The LFHS has published several marriage and burial indexes for the Horncastle Deanery to make your search easier. The parish has also been in the Deanery of Gartree (circa 1910).
We have a partial extract from the parish register in a text file. Your additions are welcome.
There is an active Baptist Church in the village. The church has its own website. There is no history as yet (early 2015) on the web site, but it is still under development. The original Baptist chapel was built here in 1651.
The Wesleyan and Primitive Methodists both had chapels in the village. The current Methodists have a chapel here that dates back to before 1870. For information and assistance in researching these chapels, see our non-conformist religions page.
Coningsby lies between the Wolds on one side and the Fens on the other, along the banks of the River Bain. It is 8 miles south of Horncastle and twelve miles north-west of Boston. Tattershall parish is to the north-west. The parish covers over 3,600 acres and includes the hamlets of Haven Bank, Reedham and Dogdyke. Reedham is about 4 miles south of the village of Coningsby.
If you are planning a visit:
Consider staying overnight at the Dower House Hotel in nearby Woodhall Spa, only two miles away.
Try the Castle Inn at 50 High Street.
There is an active golf club associated with RAF Coningsby.
The RAF built an airbase here on the southern edge of the village, near the intersection of the A153 and A155 trunk roads. Construction started in 1937 and the field opened on 4 November, 1940 as 5 Group Bomber Command. At first, the landing strips were grass.
The field was closed for almost a year, from September, 1942, to August, 1943, while hard runways were laid down. Tis would allow heavier aircraft to use the strips and all aircraft to use the strips in wet weather.
The runways were extended in 1954 - 1956 and resurfaced in 2003.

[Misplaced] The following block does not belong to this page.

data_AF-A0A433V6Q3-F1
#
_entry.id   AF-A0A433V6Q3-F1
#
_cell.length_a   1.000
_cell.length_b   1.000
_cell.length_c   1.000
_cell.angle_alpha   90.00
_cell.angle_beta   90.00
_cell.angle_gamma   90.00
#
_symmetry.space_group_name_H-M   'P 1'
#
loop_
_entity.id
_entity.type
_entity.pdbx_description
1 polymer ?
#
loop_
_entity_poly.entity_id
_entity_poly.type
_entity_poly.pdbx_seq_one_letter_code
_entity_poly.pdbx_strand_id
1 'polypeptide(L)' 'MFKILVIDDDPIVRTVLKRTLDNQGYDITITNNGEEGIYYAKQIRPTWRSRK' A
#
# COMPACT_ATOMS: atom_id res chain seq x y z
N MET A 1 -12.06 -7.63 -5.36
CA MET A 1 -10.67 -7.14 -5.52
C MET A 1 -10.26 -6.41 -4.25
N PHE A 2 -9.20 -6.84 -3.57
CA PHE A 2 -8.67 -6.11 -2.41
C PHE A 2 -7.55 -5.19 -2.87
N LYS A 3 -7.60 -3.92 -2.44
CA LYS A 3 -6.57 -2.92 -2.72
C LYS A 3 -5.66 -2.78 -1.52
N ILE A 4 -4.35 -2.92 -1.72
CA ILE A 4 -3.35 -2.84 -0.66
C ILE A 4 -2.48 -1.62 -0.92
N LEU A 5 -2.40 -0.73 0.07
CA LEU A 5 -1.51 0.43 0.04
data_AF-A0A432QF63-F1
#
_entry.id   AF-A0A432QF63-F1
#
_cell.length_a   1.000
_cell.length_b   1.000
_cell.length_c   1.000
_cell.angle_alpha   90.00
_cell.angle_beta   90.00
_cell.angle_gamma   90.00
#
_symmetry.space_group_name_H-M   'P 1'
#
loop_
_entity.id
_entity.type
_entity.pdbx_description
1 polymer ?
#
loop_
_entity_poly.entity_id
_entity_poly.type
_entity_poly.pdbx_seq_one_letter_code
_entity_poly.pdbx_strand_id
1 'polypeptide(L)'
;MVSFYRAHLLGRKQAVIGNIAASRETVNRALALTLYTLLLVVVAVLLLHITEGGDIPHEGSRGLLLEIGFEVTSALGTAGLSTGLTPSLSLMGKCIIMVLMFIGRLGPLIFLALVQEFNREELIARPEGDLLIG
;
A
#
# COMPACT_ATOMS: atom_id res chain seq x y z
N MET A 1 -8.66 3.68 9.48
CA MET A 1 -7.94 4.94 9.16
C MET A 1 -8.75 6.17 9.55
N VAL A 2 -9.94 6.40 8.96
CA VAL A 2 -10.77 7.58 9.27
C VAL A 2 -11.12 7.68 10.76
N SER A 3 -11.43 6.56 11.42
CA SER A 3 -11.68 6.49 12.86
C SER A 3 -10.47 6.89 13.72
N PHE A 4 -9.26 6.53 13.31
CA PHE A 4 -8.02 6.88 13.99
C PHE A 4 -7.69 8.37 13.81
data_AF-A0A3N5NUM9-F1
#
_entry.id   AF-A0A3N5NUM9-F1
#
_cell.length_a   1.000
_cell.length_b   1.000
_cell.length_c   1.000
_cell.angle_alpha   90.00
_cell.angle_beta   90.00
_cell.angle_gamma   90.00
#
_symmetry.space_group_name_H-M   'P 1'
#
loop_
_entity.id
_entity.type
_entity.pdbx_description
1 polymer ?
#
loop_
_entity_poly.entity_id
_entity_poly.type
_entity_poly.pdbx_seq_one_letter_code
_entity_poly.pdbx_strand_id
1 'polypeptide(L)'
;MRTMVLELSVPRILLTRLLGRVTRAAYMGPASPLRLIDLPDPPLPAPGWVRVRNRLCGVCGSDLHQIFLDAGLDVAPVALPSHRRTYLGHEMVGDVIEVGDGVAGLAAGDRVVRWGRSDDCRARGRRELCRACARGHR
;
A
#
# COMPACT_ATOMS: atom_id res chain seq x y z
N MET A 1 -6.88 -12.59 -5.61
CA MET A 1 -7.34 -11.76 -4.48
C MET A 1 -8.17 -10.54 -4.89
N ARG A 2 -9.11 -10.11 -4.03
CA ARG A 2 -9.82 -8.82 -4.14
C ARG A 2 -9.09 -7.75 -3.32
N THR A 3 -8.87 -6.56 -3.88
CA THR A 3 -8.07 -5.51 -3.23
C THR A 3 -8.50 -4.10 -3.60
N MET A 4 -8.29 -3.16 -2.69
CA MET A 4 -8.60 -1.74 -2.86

This is still an active RAF station (as of 2011).
There is a memorial to the Battle of Britain, open to the public on weekdays. The military facilities were recently closed for refurbishment.
The Memorial was dedicated in September 1921. The religious service was preceded by the singing of the hymn Let Saints on Earth and the flag which covered it was released by Captain Hotchin MP who said it would serve as a reminder to future children of the willing response of their fathers and grandfathers to do what was necessary to save their country. The memorial takes the form of a broken Aberdeen red granite column on a Portland stone base.
From the War Memorial, by Eric WALTERS, (with additional notations):
RAMC -Field Amb
Metz en Coutine
Canada Inf - E
York & Lancs
Deir el Belah Wcty
John T. E.
From the base of theWar Memorial, by Eric WALTERS, (with additional notations):
Also in Honoured memory of (World War 2, 1939-1945):
RAF Vol. Res.
Chatham Naval Mem
10 Nov 1942
Chatham War Mem.
Key to Notes:
Missing in action.
Probably Henry Valentine MAYFIELD, RN, of HMS Ibis.
The name Coningsby is from the Old Scandinavian konungr+by, or "Kings Manor or Village". In the 1086 Domesday Book, the village is given as Cuningesbi. [A. D. Mills, "A Dictionary of English Place-Names," Oxford University Press, 1991].
When searching old records, the name often appears with an extra "n", as in Conningsby. It has even been shortened to Cunsby
Locals pronounce the name as "Cunningsby" or "Cunnsby". Don't be surprised to hear the last syllable as "Bi" or "Sbi".
Coningsby has St. Michael's Primary School, built in 1835 and enlarged in 1875 to hold 232 children. It was originally a "National School." Address: School Lane, Coningsby, Lincs, LN4 4SJ. Tele: 01526 342-312